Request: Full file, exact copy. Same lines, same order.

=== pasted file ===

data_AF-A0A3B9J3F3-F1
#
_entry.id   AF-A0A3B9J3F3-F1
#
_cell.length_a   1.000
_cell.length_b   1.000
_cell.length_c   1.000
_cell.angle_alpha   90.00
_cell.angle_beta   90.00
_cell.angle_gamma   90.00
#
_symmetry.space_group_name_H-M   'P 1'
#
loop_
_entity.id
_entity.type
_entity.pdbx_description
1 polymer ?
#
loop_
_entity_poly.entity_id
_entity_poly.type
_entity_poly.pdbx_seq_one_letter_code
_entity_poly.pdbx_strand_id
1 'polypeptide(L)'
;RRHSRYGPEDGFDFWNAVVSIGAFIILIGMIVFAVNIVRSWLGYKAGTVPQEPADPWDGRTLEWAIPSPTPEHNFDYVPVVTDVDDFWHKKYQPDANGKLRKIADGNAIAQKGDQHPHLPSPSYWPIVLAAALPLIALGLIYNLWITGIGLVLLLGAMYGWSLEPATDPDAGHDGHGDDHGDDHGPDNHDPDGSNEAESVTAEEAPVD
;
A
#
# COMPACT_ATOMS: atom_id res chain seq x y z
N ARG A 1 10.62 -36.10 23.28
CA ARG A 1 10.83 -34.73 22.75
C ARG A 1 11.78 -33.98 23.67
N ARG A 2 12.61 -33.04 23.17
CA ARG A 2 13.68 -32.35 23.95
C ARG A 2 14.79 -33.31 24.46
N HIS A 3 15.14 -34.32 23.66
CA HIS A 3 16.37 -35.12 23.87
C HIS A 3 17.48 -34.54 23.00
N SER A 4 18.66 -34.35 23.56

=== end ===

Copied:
data_AF-A0A3B9J3F3-F1
#
_entry.id   AF-A0A3B9J3F3-F1
#
_cell.length_a   1.000
_cell.length_b   1.000
_cell.length_c   1.000
_cell.angle_alpha   90.00
_cell.angle_beta   90.00
_cell.angle_gamma   90.00
#
_symmetry.space_group_name_H-M   'P 1'
#
loop_
_entity.id
_entity.type
_entity.pdbx_description
1 polymer ?
#
loop_
_entity_poly.entity_id
_entity_poly.type
_entity_poly.pdbx_seq_one_letter_code
_entity_poly.pdbx_strand_id
1 'polypeptide(L)'
;RRHSRYGPEDGFDFWNAVVSIGAFIILIGMIVFAVNIVRSWLGYKAGTVPQEPADPWDGRTLEWAIPSPTPEHNFDYVPVVTDVDDFWHKKYQPDANGKLRKIADGNAIAQKGDQHPHLPSPSYWPIVLAAALPLIALGLIYNLWITGIGLVLLLGAMYGWSLEPATDPDAGHDGHGDDHGDDHGPDNHDPDGSNEAESVTAEEAPVD
;
A
#
# COMPACT_ATOMS: atom_id res chain seq x y z
N ARG A 1 10.62 -36.10 23.28
CA ARG A 1 10.83 -34.73 22.75
C ARG A 1 11.78 -33.98 23.67
N ARG A 2 12.61 -33.04 23.17
CA ARG A 2 13.68 -32.35 23.95
C ARG A 2 14.79 -33.31 24.46
N HIS A 3 15.14 -34.32 23.66
CA HIS A 3 16.37 -35.12 23.87
C HIS A 3 17.48 -34.54 23.00
N SER A 4 18.66 -34.35 23.56